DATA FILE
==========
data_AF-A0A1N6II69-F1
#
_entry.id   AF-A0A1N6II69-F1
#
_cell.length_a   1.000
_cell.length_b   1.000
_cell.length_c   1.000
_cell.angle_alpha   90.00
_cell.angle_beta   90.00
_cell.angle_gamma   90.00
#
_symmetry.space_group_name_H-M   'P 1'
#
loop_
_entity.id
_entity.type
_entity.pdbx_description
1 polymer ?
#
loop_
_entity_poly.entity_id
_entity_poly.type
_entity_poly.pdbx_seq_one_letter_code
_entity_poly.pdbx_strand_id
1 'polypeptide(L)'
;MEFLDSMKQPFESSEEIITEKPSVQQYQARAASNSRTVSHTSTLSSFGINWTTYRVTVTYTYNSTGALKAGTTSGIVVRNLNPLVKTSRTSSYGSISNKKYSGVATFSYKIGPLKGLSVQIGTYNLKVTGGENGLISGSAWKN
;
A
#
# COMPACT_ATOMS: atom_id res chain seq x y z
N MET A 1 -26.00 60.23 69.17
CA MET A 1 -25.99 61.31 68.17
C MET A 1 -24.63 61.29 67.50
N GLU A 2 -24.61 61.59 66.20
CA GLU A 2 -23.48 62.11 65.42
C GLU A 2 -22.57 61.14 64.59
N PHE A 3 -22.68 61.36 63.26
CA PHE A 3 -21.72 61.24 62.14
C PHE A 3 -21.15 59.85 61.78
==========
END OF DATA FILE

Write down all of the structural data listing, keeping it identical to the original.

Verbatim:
data_AF-A0A1N6II69-F1
#
_entry.id   AF-A0A1N6II69-F1
#
_cell.length_a   1.000
_cell.length_b   1.000
_cell.length_c   1.000
_cell.angle_alpha   90.00
_cell.angle_beta   90.00
_cell.angle_gamma   90.00
#
_symmetry.space_group_name_H-M   'P 1'
#
loop_
_entity.id
_entity.type
_entity.pdbx_description
1 polymer ?
#
loop_
_entity_poly.entity_id
_entity_poly.type
_entity_poly.pdbx_seq_one_letter_code
_entity_poly.pdbx_strand_id
1 'polypeptide(L)'
;MEFLDSMKQPFESSEEIITEKPSVQQYQARAASNSRTVSHTSTLSSFGINWTTYRVTVTYTYNSTGALKAGTTSGIVVRNLNPLVKTSRTSSYGSISNKKYSGVATFSYKIGPLKGLSVQIGTYNLKVTGGENGLISGSAWKN
;
A
#
# COMPACT_ATOMS: atom_id res chain seq x y z
N MET A 1 -26.00 60.23 69.17
CA MET A 1 -25.99 61.31 68.17
C MET A 1 -24.63 61.29 67.50
N GLU A 2 -24.61 61.59 66.20
CA GLU A 2 -23.48 62.11 65.42
C GLU A 2 -22.57 61.14 64.59
N PHE A 3 -22.68 61.36 63.26
CA PHE A 3 -21.72 61.24 62.14
C PHE A 3 -21.15 59.85 61.78